Fake WindowsUpdater (other names: File Security Protected virus, Fake WU virus) was assigned, without any reluctance, to the group of ransomware. The most plausible tactic for distribution of this ransomware is through Fake Windows Updaters which can be found in file-sharing domains, social networking sites or email inboxes. Limit the amount of files and programs you download and when you do download something from the Internet, be positive that the content won’t be an agent of detrimental schemes. Fake WindowsUpdater crypto-virus appears to be using a relatively clear encryption mode, referred to by the name Electronic Codebook. During this procedure, the files to be encoded will be divided into blocks, an each and one of them will be corrupted individually. The algorithm to do this will be AES-256.
Description of Fake WindowsUpdater ransomware
Fake WindowsUpdater ransomware was detected only yesterday, on 4th of April. There are two files that could be exploited as payloads. One of them is WindowsUpdater.exe and another one is Transaction-Report.docx.exe. Have you ever been offered to download these executables? In case the answer is yes, we will not hesitate and offer you our assistance in the removal of this ransomware. If your files are not yet encrypted, which means that it is still possible to prevent a ransomware infection from fully corrupting data. You have to run a full security scan with an anti-malware tool. If Spyhunter, Plumbytes or Hitman finds potential threats, you are to remove them all.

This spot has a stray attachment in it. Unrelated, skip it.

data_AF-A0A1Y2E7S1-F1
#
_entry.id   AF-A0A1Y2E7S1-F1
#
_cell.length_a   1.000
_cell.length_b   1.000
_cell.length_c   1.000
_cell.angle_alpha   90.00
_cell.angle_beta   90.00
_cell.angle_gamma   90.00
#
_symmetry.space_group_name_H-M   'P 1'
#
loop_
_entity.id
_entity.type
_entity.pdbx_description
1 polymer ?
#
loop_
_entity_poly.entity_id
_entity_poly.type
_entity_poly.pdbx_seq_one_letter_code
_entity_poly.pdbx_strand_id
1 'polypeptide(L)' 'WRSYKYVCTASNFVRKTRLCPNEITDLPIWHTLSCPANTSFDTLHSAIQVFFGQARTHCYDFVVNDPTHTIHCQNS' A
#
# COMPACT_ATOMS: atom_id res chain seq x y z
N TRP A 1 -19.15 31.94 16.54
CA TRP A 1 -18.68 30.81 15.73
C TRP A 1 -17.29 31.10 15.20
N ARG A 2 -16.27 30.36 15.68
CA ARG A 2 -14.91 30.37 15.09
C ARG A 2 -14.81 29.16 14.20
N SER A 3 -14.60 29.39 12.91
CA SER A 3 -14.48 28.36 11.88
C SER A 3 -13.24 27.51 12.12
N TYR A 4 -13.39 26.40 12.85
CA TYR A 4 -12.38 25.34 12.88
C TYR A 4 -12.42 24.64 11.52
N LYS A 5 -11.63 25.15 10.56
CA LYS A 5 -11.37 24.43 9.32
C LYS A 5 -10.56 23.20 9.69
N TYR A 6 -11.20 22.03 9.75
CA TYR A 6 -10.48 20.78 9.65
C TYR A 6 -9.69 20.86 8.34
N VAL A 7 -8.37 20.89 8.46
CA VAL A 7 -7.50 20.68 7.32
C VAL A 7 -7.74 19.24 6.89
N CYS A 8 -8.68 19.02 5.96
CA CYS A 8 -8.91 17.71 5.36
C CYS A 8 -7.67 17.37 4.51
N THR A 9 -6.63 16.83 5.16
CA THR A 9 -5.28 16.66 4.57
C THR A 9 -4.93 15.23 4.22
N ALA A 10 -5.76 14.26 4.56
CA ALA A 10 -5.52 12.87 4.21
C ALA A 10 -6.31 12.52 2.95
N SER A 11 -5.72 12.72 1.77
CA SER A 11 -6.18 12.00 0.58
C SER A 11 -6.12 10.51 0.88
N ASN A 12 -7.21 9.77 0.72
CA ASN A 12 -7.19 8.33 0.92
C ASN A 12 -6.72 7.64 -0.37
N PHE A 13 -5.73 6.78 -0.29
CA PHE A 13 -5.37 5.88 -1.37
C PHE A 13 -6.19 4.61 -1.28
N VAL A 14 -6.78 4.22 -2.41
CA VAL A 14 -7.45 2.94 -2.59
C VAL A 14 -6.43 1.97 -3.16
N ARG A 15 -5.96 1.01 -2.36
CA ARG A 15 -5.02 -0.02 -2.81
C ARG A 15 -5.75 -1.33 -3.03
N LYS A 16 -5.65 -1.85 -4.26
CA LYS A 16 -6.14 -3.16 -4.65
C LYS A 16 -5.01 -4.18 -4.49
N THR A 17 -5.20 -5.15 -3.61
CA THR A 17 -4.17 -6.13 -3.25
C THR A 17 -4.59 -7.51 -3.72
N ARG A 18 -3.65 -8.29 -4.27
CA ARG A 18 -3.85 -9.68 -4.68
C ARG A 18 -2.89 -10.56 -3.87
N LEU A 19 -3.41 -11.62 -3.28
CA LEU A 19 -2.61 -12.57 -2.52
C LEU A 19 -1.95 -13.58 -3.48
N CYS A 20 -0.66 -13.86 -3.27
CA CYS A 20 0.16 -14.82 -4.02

Fake WindowsUpdater crypto-virus can display a ransom note in a form of a grey table. There is no knowledge whether it will block access to the rest of the device. You might be surprised to hear that this sample demands one of the smallest ransoms we have seen: approximately 23 US dollars, 22.71 to be exact. Hackers do not set limitations of time in which the fee should be send. It merely leaves behind its bitcoin wallet and reminds victims that only the concealed private key of decryption is capable of bringing files back to their original state.
However, developers of Fake WindowsUpdater ransomware will demand that the indicated amount of dollars would be converted into bitcoins first. It takes 15-30 minutes to confirm a transaction. In the meanwhile, victims of this variant have to send a private email to [email protected] address. Subject of the message is supposed to be “Restore my files”, accompanied by the “Bitcoin payment: (victims’ bitcoin transaction number). Computer identifier: [ID]”.